Manatee's Endangered Status Up For Review; May Affect Florida Habitat, Communities

Jul 3, 2014

Credit Matthew Bednarik via Flickr

The U.S. Fish and Wildlife Service announced this week it is reviewing the manatee’s status as an endangered species. According to ecologists and Florida residents, the decision may have consequences for more than just the mammal.

From Tampa Bay to the Panhandle's Wakulla Springs, the manatee is no stranger to Florida residents. The aquatic mammal has been on the federal endangered species list since the 1967, but that may soon change. The U.S. Fish and Wildlife Service, or FWS, announced it will conduct a yearlong review of the endangered status of the West Indian Manatee and its subspecies, the Florida manatee and Antillean manatee. The review will determine whether the mammal will be reclassified as a “threatened” species.

FWS spokesman Chuck Underwood says the distinction between the two statuses doesn’t affect the protections of the animal.

“Reclassifying from endangered to threatened really focuses more on where they stand towards recovery," Underwood says. "They either lean closer to extinction or closer to being recovered. So threatened would be a better status to be.”

This status review is a response to a lawsuit from a libertarian law group called the Pacific Legal Foundation. The group represents Save Crystal River, a Citrus County-based nonprofit that originally petitioned for the downlisting in 2012.

Pacific Legal Foundation attorney Christina Martin says the group is holding the FWS accountable to the law. The federal Endangered Species Act requires periodic reviews of animals on the endangered and threatened lists.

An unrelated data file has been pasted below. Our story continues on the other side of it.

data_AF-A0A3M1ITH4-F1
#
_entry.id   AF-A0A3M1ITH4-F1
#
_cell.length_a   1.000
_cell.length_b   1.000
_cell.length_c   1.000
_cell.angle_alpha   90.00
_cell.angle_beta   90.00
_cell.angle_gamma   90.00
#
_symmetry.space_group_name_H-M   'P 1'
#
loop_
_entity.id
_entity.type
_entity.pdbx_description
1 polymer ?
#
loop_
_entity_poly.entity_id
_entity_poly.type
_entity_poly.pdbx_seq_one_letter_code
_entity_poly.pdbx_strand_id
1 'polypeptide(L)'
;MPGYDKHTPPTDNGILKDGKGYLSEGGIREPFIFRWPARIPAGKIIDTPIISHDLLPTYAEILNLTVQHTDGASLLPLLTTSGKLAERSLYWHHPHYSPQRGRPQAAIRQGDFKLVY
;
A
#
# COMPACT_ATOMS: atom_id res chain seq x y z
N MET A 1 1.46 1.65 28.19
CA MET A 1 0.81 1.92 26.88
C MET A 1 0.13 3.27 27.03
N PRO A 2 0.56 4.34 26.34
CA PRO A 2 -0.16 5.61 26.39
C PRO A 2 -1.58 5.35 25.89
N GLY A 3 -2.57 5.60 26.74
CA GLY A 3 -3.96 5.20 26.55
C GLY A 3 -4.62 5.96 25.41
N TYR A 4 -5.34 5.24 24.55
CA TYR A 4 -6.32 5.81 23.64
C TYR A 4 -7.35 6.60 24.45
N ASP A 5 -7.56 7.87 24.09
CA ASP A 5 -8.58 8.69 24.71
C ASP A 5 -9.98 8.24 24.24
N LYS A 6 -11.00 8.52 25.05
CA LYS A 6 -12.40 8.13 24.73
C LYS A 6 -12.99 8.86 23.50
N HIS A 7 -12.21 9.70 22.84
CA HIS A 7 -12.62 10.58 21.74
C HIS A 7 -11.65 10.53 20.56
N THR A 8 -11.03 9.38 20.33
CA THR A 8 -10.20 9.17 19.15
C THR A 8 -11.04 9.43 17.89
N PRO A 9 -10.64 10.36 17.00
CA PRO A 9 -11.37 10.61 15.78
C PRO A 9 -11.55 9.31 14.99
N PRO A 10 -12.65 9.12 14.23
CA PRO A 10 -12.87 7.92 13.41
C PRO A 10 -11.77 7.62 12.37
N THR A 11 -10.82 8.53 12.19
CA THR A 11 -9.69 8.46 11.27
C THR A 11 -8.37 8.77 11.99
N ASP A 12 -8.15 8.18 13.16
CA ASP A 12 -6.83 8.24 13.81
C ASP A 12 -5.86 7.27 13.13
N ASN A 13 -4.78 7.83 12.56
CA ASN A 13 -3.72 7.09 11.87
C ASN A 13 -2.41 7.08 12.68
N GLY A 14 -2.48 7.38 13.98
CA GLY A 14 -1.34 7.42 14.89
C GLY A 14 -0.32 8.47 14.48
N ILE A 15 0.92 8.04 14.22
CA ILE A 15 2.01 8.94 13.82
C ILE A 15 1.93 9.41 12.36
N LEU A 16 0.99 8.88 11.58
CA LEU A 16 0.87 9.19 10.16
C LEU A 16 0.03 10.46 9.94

“What we’re hoping is that the Fish and Wildlife Service will, first, follow the law, and secondly, it really puts everyone on notice that the manatee is recovering, and may one day not warrant the protections of the Endangered Species Act,” Martin says.

Patrick Rose, executive director of the Save the Manatee Club, rebukes the notion of improving conditions for the manatee. Despite high population numbers, manatees suffered a record 829 deaths in Florida last year, according to the Florida Fish And Wildlife Conservation Commission. Rose says  population growth is unsustainable, and the animal’s habitat is in danger.

“Essentially all of the elements of their habitat are at really high risk going forward in the future. If you look at the warm water that the manatees depend on in the winter time, whether it’s now from the power plants or from the natural springs, there’s no security in that," Rose says. "In fact, it’s predicted we’d be losing almost all of those artificial warming power plants in the next 50 years.”

But Save Crystal River Vice President Steve Lamb says no one in his community wants to see manatees harmed either.

“We’re all about manatee protection, we always have been. Our community had the first manatee plant in the state,” Lamb says.

He says his organization is concerned with preserving fishing and tourism opportunities in Crystal River’s King’s Bay. They took legal action, he says, to prevent the FWS from making all of Crystal River an idle-water zone. He believes doing so would threaten the Crystal River community.

“The problem is you would shut off the commercial fisherman, the recreational boaters, you would shut off the guides. The list goes on and on," Lamb says. "It would economically kill our community if that river were ever to be made idle.”

Rose, however, is skeptical the manatee can survive with threatened status. He says while the animal's protections will remain the same, those to its habitat will not.

“As you start to, and I think in this case, erroneously, determine that the population is more secure than it is, it invites more and more attacks on the existing protections without ensuring that they will be held in place," Rose says.

"They will tell you that this downlisting will not take away protections. The reality is, in more than my 40 years working with endangered, threatened and imperiled species from many different roles, I know for a fact that’s what follows down that slippery slope.”

The FWS has opened a 60-day public comment period as it conducts the manatee’s status review. The agency encourages the public to submit commercial and scientific information both electronically and by mail.